Featured Creature: Black-Footed Ferrets

This update was written by Smithsonian Conservation Biology Institute carnivore keeper Vicki Lake.

If you have watched our black-footed ferret mom Potpie and her six kits on our Kit Cam, then you likely know their backstory. Potpie kicked off whelping season May 10 here at the Smithsonian Conservation Biology Institute (SCBI) in Front Royal, Virginia. Her timing couldn’t have been more perfect—Mother’s Day! Since that date, we have welcomed 49 surviving kits this breeding season.

Potpie is an experienced mother, and it is clear that she is a very devoted and caring mom to her two sons and four daughters. Ever since the kits were born, we, like you, have been glued to our screens. For the first few days of the kits’ lives, we allowed Potpie to bond with her offspring without any interruptions from us. There was no need for us to intervene since she was caring for them, and all appeared to nurse and grow as expected.

On May 20, 10 days after the kits were born, we did a quick health assessment. At that age, the kits’ hair is quite thin, but it grows quickly. Therefore, identifying them with shave marks—as we do with the cheetah cubs—would not be an effective strategy for identifying them. Although we were not able to tell exactly who was who, we wanted to obtain base weights on the kits to ensure they were gaining steadily and that no one was falling behind their littermates, size-wise.  

At 10 days old, kits tend to weigh between 30 and 50 grams, depending on the individual, mom and litter size. Our two male kits were the largest (51.5 grams) and smallest (36.5 grams) of the litter. Their sisters were all relatively close in weight and ranged between 40.5 grams and 43.5 grams. We were happy to see that they were right on par!

By the time the kits turned one month old, their distinctive “mask” facial markings and the dark fur on their feet began to show. In addition to nursing, the kits also began eating meat. Some observant Kit Cam watchers noticed that Potpie would cache her rats in the nest box, then eat when she was hungry. Around the one month mark, the kits began sampling some of her diet.

They had also become quite active in the box! It was not uncommon to see the kits playfight with each other. They bite, wrestle and thrash around. These types of play mimic how they hunt prey and allows them to hone their skills safely.

Around 5 or 6 weeks old, the kits’ eyes began to open. Generally, most littermates will open their eyes within a few days of each other. Interestingly, they don’t necessarily open both eyes at the same time. Some individuals opened one eye a day or two before the other. This is a normal occurrence. They appear to be perpetually winking, and it is adorable!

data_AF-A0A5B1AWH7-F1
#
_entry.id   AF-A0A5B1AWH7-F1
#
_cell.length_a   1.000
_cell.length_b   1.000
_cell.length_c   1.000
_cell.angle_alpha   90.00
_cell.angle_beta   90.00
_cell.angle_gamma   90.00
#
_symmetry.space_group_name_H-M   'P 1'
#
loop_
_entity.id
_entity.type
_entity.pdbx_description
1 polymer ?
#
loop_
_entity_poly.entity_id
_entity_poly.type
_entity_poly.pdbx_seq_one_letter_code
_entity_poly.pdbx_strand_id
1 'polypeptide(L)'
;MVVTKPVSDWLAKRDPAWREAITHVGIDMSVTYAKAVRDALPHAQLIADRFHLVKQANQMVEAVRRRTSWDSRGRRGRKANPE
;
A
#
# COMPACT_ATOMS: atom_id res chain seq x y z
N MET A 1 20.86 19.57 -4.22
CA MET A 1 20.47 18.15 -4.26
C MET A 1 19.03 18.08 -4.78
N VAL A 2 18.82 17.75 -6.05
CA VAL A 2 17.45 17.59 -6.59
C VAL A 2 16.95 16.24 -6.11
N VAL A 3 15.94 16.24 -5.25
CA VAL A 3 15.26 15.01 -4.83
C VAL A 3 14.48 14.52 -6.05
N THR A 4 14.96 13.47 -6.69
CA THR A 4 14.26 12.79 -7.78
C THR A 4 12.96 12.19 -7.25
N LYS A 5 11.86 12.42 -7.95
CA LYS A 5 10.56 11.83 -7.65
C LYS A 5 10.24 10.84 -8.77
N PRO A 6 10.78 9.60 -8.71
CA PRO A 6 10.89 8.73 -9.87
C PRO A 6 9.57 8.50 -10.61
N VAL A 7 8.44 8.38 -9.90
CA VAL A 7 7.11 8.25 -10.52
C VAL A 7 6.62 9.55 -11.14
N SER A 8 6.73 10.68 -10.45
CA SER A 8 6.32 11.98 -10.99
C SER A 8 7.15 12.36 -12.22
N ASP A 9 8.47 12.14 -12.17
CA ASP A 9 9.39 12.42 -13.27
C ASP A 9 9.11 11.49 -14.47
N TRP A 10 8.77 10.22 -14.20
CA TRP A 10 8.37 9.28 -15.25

This week, the kits have crossed the 7-week-old mark, which means that they’re ready to try hunting live prey. All of the black-footed ferret kits and adults at the Smithsonian Conservation Biology Institute have the potential to be reintroduced to the American prairie, so fine-tuning these predatory behavior skills will be key to their survival should they be selected for the reintroduction program.

In the wild, 90 percent of black-footed ferrets' diet consists of prairie dogs. Food requirements vary with the seasons and among individual ferrets, but they generally consume one prairie dog every three or four days. Ferrets have a high metabolic rate and require large quantities of food in proportion to their body size. One ferret may eat over 100 prairie dogs in a year, and scientists calculate that one ferret family consumes more than 250 prairie dogs each year. The remainder of their diet includes mice, rats, ground squirrels, rabbits, birds and occasionally reptiles and insects. 

Black-footed ferrets use a loud "chatter" to sound an alarm.

Since we cannot feed prairie dogs to our black-footed ferrets, we give them the next best thing, nutritionally speaking: live rats. In addition to helping the kits sharpen their hunting skills, feeding whole prey also helps maintain good dental health. Gnawing on bones and fur cleans the ferrets’ teeth and prevents gingivitis. 

In August, scientists will conduct a genetic assessment of the entire black-footed ferret population managed in human care. This assessment will determine whether the kits remain at SCBI, are transferred to another breeding facility or join the U.S. Fish and Wildlife Service pre-conditioning program in preparation for their release into the wild.

Kits naturally separate from their mother around four months of age, so as their behavior dictates we will mimic that natural behavior. Meantime, we hope you enjoy watching our little black-footed ferret family as they bond, play and share a meal with one another.

This story appears in the July 2020 issue of National Zoo News.